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I really like those kamado-style grills, but if I buy another grill, (I own 5), Mrs Skinfan will kill me.

That being said, one day I might end up with one. For now, the Weber grills do tge trick and they're very well-made and last a long time.

My first kettle, lasted 25+ yrs, (uncovered), and it was my fault it broke. I cinched it down too tight, with a ratchet strap in my truck, and collapsed part of the bowl, where one of the legs is inserted.

I have a Weber Genesis gas grill, from 2001, and it looks almost new, (I do keep that one covered)

I have a couple of 22" kettles, including a Performer and a 15yr old kettle for tailgating. The 15yr old is a beater, (that Mrs Skinsfan found at a yard-sale for $10.00) It's abused, but is going strong.

My beef with Weber, is that their covers suck donkey balls. I ended up buying quality after-market covers, from Costco, which are far better made, and cost less.

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Oh, I'm judging. ;)

At least pre-cooking in the oven isn't as blasphemous as boiling.

How did they turn out and, out of curiosity, why not start out in the smoker, and finish in the oven?

I don't go the other way, because I find that they get just right if you blast them first with heat (and it cuts down on the overall time).

 

You could also just do the whole thing outside with high heat, then low smoke. But I was feeling lazy to be honest.

 

They were delicious. Warning: if you go more than 1 hour in the second stage of the oven, they fall apart (made that mistake once).

 

And boiling is blasphemous. :)

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My beef with Weber, is that their covers suck donkey balls. I ended up buying quality after-market covers, from Costco, which are far better made, and cost less.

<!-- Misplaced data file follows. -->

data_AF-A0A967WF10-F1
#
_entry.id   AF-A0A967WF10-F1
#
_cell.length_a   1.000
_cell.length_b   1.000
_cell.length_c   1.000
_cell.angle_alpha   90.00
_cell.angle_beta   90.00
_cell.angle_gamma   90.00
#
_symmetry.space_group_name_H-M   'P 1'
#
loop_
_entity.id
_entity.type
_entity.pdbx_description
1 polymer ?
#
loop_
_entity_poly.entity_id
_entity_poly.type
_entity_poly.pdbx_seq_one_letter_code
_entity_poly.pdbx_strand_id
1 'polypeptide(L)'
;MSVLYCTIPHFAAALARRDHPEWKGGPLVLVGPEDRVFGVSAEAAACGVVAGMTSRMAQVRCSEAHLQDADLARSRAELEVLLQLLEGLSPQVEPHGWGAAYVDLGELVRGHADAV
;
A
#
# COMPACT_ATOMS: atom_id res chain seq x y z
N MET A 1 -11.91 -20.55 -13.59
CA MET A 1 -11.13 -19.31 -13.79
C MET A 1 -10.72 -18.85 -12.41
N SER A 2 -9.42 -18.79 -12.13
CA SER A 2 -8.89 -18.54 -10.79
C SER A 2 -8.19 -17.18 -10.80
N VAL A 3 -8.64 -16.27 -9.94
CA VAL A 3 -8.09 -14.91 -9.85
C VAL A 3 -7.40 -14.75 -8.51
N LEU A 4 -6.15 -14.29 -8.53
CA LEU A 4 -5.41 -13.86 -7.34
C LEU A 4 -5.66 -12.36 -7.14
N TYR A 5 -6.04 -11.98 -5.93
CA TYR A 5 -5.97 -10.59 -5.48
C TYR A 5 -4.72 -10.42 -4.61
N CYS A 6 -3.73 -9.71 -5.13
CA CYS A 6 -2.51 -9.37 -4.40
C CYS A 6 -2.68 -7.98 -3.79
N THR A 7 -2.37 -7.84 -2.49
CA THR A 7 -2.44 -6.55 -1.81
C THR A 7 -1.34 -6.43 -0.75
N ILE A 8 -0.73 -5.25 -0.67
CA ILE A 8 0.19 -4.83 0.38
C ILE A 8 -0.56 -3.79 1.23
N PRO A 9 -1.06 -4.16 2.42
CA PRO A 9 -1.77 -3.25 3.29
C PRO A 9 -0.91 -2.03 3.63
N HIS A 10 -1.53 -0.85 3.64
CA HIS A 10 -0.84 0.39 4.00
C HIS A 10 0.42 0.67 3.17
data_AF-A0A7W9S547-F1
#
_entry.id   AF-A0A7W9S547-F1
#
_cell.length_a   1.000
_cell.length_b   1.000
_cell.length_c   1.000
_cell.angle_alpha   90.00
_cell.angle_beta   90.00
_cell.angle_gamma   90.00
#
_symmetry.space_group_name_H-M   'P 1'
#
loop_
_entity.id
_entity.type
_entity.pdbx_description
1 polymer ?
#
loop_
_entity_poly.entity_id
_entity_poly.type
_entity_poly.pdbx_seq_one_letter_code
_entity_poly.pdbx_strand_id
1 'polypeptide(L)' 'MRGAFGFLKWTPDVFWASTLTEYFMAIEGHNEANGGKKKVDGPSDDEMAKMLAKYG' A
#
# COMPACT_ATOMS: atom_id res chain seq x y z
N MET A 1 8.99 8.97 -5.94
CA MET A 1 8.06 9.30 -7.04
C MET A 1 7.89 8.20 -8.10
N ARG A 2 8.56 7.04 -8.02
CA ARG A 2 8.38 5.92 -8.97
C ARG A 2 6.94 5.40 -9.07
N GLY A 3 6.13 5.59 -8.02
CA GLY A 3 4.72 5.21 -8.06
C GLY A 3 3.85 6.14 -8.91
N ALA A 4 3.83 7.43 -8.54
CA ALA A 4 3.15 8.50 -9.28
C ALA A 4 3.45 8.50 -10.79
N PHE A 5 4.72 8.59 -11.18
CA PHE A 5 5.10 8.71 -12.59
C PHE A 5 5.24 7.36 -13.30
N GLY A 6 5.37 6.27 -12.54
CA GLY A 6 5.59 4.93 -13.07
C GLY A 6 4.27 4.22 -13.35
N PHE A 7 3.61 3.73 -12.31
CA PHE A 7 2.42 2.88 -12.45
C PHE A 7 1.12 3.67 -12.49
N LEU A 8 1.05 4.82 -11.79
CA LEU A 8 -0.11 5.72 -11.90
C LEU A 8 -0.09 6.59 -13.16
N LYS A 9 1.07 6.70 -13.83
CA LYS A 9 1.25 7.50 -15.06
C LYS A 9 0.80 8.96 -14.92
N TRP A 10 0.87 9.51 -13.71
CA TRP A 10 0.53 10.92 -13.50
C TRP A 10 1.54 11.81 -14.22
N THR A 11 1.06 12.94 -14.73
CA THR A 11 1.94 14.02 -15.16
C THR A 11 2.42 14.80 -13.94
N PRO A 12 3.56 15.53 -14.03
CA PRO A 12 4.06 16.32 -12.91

The Weber cover that I got when I bought my Weber Spirit was hot garbage.  But I got a replacement Weber cover the next year and it seems they have fixed the cover issue. I have had it for 2 years now and it looks brand new. Still 100% water proof, no fading from the sun (and my deck BAKES in the afternoon sun), and in pristine condition. I use the grill about 4 times/week, so the wear and tear from coming off and going on usually limits the life of the cover. But so far, so good.

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One of those Northern Nevada wind days forced me to improvise the rib cooking a couple of months ago. Tough to slow cook on the grill in that environment so I slow cooked them in the crock pot then was able to at least reverse sear them in the grill even with the wind gusting at around 50 mph. Turned out pretty good actually though the transfer to the grill and off again was a bit of a delicate operation. ;)  

I have a whiskey marinade I'm going to try next in combination with the grill. Of course keeping in mind the old cook rule when cooking with booze and/or beer. Equal parts to the recipe and the cook,(learned that back in my first year in the restaurant business in 81 :) ). 

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The Weber cover that I got when I bought my Weber Spirit was hot garbage. But I got a replacement Weber cover the next year and it seems they have fixed the cover issue. I have had it for 2 years now and it looks brand new. Still 100% water proof, no fading from the sun (and my deck BAKES in the afternoon sun), and in pristine condition. I use the grill about 4 times/week, so the wear and tear from coming off and going on usually limits the life of the cover. But so far, so good.